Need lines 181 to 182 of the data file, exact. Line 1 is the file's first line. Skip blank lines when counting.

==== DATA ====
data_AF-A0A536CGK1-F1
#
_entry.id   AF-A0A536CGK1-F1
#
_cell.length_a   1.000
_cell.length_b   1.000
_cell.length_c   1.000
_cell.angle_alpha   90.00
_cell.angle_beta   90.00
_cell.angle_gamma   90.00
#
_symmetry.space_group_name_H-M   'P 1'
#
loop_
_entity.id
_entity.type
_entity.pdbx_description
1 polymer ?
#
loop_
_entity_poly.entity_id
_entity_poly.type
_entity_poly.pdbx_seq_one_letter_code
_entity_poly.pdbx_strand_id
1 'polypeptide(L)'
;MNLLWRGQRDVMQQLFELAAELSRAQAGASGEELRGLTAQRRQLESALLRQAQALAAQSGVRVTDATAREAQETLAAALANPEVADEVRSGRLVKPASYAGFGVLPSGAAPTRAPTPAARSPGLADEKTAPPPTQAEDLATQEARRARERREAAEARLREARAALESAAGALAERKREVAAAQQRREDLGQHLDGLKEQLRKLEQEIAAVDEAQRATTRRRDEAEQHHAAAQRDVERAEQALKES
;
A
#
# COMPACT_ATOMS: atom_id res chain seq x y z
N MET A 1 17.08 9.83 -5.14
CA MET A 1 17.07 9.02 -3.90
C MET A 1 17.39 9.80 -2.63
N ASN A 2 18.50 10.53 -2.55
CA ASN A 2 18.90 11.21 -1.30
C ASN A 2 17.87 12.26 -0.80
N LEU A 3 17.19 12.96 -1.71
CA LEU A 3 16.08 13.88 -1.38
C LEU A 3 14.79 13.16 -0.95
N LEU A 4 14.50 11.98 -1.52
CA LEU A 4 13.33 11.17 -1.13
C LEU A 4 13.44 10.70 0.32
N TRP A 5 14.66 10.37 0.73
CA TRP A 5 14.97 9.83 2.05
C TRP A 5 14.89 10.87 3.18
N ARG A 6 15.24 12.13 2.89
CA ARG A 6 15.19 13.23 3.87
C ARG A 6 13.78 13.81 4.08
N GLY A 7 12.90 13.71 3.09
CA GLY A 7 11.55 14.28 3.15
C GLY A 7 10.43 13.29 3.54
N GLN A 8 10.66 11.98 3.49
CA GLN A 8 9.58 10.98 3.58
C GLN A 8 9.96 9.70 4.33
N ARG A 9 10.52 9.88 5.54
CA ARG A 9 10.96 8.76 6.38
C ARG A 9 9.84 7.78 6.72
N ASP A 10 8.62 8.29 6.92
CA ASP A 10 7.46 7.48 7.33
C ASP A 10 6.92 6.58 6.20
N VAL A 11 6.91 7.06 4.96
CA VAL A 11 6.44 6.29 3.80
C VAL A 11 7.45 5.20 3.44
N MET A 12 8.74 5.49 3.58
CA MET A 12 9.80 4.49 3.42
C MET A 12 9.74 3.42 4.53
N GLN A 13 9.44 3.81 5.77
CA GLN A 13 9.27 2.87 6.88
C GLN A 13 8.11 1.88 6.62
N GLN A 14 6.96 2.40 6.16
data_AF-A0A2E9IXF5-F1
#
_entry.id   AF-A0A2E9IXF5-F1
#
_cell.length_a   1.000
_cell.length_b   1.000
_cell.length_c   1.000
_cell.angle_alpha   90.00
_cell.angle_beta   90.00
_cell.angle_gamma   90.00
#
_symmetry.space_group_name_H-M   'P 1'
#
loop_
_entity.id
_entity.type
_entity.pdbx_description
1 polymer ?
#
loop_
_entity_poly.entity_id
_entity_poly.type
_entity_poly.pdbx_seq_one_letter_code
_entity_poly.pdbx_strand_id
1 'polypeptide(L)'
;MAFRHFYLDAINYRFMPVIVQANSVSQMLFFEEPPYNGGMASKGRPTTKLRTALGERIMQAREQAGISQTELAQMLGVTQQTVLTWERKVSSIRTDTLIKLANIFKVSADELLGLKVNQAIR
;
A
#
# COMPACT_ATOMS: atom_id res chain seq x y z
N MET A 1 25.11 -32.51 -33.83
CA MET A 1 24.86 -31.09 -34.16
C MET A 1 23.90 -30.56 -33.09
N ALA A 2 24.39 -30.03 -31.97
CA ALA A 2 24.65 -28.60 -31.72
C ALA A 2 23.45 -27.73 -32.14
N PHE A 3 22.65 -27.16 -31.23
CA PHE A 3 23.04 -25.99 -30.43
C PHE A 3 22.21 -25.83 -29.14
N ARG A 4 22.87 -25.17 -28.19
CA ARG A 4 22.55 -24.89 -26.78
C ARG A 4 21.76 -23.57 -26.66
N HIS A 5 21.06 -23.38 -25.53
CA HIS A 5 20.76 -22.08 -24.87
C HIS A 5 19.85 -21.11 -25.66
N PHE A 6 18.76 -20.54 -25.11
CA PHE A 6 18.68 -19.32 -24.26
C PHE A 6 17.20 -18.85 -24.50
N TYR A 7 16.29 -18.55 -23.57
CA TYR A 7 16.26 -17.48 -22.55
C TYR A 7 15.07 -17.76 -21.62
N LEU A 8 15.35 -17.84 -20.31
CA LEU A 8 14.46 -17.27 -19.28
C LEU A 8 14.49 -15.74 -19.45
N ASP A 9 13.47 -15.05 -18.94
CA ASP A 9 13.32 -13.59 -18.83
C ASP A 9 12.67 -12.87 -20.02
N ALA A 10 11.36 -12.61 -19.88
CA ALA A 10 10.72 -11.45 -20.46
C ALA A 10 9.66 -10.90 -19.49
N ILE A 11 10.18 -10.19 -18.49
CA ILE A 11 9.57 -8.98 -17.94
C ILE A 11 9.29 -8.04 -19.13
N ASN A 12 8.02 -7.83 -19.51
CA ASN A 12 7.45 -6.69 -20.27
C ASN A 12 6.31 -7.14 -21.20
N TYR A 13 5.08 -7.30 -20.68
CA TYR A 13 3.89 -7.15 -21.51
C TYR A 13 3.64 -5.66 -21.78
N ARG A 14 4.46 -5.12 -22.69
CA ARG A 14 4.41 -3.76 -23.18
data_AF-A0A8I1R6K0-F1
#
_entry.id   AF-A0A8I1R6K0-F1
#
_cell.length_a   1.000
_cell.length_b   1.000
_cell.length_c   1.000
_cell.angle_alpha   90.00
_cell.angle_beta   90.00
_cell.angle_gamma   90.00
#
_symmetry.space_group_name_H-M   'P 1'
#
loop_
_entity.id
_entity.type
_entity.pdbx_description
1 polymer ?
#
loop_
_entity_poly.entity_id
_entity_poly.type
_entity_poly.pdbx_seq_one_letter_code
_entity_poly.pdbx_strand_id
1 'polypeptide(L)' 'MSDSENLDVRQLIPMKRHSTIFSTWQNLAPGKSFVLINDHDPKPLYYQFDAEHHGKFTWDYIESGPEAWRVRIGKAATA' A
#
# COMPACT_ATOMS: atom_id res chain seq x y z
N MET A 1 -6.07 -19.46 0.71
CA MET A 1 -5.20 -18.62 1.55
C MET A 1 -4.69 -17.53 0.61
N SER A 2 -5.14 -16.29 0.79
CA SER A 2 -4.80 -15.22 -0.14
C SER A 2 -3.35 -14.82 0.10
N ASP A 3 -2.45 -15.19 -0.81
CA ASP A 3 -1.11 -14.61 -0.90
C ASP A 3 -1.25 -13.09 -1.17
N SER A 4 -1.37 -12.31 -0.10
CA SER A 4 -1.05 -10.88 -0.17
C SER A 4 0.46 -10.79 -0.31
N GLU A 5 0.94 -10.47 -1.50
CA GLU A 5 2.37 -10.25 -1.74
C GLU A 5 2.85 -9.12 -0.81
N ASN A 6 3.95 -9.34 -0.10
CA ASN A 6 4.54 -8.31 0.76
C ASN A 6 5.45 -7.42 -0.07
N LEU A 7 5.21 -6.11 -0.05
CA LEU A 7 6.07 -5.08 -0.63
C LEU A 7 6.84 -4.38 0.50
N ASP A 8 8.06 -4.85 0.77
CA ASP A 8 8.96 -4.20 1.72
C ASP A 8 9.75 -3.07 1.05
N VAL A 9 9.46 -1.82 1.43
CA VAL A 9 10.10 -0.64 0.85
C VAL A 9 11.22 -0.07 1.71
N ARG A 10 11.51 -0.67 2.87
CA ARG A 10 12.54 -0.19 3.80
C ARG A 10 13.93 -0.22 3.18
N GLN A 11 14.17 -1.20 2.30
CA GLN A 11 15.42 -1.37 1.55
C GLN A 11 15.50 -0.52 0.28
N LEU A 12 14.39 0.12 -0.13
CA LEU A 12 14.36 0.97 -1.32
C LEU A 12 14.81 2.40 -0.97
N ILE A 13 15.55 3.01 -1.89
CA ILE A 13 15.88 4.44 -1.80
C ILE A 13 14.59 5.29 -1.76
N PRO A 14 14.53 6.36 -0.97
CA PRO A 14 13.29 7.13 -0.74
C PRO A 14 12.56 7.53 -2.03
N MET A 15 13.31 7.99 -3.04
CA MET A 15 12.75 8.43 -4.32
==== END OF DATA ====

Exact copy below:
N GLU A 5 0.94 -10.47 -1.50
CA GLU A 5 2.37 -10.25 -1.74